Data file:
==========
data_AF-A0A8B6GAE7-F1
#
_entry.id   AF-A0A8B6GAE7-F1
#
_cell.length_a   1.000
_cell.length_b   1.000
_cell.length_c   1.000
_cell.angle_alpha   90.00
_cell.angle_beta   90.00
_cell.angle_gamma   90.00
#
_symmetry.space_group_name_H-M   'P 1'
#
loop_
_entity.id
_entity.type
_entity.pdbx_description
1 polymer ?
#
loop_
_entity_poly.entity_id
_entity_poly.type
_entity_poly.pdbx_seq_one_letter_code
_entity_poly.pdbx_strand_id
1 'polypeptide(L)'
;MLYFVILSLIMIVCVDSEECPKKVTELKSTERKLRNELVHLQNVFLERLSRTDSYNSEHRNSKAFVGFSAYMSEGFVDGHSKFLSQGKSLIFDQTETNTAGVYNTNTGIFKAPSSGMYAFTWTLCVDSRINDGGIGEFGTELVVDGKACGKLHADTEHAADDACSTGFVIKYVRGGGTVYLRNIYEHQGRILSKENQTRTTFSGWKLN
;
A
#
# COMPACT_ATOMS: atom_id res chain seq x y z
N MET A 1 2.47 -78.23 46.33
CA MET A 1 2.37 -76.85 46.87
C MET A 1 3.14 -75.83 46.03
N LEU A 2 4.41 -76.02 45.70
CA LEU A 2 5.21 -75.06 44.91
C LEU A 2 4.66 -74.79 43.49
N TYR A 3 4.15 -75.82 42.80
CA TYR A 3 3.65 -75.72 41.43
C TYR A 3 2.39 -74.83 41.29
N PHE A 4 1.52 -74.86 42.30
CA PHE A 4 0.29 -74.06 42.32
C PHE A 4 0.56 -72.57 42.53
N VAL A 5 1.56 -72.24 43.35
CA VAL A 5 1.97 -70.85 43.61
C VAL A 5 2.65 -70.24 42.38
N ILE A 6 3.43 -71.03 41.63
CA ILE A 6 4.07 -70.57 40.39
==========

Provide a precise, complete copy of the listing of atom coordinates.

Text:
data_AF-A0A8B6GAE7-F1
#
_entry.id   AF-A0A8B6GAE7-F1
#
_cell.length_a   1.000
_cell.length_b   1.000
_cell.length_c   1.000
_cell.angle_alpha   90.00
_cell.angle_beta   90.00
_cell.angle_gamma   90.00
#
_symmetry.space_group_name_H-M   'P 1'
#
loop_
_entity.id
_entity.type
_entity.pdbx_description
1 polymer ?
#
loop_
_entity_poly.entity_id
_entity_poly.type
_entity_poly.pdbx_seq_one_letter_code
_entity_poly.pdbx_strand_id
1 'polypeptide(L)'
;MLYFVILSLIMIVCVDSEECPKKVTELKSTERKLRNELVHLQNVFLERLSRTDSYNSEHRNSKAFVGFSAYMSEGFVDGHSKFLSQGKSLIFDQTETNTAGVYNTNTGIFKAPSSGMYAFTWTLCVDSRINDGGIGEFGTELVVDGKACGKLHADTEHAADDACSTGFVIKYVRGGGTVYLRNIYEHQGRILSKENQTRTTFSGWKLN
;
A
#
# COMPACT_ATOMS: atom_id res chain seq x y z
N MET A 1 2.47 -78.23 46.33
CA MET A 1 2.37 -76.85 46.87
C MET A 1 3.14 -75.83 46.03
N LEU A 2 4.41 -76.02 45.70
CA LEU A 2 5.21 -75.06 44.91
C LEU A 2 4.66 -74.79 43.49
N TYR A 3 4.15 -75.82 42.80
CA TYR A 3 3.65 -75.72 41.43
C TYR A 3 2.39 -74.83 41.29
N PHE A 4 1.52 -74.86 42.30
CA PHE A 4 0.29 -74.06 42.32
C PHE A 4 0.56 -72.57 42.53
N VAL A 5 1.56 -72.24 43.35
CA VAL A 5 1.97 -70.85 43.61
C VAL A 5 2.65 -70.24 42.38
N ILE A 6 3.43 -71.03 41.63
CA ILE A 6 4.07 -70.57 40.39